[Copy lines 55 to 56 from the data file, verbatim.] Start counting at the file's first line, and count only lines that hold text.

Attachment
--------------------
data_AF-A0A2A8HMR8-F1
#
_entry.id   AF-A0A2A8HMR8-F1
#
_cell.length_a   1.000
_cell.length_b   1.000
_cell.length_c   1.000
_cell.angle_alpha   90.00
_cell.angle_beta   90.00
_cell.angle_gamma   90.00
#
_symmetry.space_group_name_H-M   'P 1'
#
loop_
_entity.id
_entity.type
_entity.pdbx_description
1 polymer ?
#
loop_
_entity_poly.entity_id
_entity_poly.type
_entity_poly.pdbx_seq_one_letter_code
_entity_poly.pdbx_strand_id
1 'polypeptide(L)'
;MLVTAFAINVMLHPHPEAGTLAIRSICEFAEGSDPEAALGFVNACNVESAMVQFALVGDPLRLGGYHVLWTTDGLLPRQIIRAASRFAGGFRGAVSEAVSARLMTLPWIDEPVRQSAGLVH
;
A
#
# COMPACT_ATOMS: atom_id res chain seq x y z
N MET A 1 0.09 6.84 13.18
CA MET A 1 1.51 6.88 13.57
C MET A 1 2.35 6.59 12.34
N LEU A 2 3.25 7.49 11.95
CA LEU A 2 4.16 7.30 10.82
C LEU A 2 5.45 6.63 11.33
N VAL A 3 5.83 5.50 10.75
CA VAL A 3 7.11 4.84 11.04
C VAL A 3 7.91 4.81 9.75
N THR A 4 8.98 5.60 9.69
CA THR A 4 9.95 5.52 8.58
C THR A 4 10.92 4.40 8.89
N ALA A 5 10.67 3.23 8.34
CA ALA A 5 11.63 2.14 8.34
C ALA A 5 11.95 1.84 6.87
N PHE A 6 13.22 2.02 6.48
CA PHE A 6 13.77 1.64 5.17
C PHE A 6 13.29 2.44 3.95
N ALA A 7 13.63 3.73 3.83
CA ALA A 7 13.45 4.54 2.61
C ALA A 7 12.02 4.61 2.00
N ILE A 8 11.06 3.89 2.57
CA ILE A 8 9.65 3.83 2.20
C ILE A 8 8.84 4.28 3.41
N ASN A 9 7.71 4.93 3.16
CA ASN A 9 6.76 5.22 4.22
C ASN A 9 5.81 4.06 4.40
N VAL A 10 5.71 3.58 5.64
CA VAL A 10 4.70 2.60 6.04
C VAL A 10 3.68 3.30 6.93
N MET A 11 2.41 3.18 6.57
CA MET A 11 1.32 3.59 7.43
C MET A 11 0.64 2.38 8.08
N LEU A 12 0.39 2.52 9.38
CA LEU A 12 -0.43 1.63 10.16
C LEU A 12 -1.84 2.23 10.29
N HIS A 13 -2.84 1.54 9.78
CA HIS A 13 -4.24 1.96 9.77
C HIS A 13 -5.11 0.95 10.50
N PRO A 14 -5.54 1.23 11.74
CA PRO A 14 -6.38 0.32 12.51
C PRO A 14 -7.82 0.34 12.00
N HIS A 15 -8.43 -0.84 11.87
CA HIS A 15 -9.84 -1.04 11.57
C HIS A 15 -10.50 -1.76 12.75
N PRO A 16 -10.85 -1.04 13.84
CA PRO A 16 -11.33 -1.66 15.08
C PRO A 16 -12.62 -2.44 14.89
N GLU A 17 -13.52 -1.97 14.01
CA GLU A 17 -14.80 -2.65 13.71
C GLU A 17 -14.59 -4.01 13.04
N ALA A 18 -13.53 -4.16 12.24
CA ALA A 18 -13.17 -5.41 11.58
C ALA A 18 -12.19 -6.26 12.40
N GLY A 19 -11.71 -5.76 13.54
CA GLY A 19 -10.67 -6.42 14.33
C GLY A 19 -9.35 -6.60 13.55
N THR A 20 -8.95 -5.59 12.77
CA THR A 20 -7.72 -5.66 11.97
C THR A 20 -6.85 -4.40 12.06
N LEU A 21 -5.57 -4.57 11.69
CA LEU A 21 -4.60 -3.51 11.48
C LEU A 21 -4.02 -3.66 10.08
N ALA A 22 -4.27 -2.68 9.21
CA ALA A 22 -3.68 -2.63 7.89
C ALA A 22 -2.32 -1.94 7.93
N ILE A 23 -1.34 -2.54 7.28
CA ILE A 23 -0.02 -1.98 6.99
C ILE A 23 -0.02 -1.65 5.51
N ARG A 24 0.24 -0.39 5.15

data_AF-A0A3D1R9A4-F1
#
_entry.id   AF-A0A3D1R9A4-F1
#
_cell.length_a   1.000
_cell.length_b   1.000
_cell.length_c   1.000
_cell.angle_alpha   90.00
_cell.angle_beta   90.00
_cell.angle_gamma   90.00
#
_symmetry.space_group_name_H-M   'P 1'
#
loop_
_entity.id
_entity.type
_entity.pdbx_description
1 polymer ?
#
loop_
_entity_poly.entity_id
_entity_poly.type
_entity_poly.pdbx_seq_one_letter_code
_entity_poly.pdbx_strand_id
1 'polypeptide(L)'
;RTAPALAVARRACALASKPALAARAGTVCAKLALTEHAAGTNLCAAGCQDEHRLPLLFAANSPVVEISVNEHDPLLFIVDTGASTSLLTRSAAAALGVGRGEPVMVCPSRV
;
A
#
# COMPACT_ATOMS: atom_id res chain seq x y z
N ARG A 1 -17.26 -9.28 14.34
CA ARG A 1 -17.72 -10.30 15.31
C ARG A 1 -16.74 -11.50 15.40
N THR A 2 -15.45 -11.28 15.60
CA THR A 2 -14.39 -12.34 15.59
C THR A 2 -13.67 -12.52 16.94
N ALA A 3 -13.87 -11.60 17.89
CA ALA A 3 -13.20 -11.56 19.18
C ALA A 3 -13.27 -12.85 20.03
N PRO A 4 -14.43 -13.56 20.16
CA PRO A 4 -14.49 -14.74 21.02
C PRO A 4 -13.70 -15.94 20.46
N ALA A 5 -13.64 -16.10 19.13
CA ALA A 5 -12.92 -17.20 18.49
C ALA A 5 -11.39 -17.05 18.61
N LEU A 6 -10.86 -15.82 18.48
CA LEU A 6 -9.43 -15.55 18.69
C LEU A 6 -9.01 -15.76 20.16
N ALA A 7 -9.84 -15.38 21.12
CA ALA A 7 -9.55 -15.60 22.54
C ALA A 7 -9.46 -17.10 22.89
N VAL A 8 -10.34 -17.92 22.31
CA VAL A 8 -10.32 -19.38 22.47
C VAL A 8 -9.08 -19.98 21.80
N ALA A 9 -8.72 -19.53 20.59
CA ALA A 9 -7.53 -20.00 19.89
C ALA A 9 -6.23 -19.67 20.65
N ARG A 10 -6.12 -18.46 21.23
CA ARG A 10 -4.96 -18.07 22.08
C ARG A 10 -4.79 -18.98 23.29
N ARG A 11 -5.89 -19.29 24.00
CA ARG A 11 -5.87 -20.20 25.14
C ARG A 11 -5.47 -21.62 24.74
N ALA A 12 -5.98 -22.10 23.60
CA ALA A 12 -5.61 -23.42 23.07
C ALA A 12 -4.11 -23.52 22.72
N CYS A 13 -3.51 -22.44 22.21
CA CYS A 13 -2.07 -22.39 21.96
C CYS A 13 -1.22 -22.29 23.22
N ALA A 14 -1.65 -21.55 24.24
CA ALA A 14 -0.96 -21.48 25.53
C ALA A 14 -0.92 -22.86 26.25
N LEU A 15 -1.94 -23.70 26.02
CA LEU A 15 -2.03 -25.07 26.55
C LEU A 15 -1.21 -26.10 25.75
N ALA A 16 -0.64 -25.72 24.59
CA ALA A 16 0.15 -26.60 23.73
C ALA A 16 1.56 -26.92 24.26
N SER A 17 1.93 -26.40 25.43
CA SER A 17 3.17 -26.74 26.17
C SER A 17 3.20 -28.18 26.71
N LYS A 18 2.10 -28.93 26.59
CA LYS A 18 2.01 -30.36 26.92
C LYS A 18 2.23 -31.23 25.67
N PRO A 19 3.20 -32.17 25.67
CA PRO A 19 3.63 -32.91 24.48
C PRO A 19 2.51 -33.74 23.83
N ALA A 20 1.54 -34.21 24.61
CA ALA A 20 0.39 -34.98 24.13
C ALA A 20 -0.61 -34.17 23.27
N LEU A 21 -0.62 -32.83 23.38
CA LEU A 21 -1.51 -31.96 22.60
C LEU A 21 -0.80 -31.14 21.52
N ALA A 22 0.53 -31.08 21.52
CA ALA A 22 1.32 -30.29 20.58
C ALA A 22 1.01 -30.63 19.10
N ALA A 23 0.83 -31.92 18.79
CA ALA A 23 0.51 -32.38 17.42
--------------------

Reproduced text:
N ASN A 9 7.71 4.93 3.16
CA ASN A 9 6.76 5.22 4.22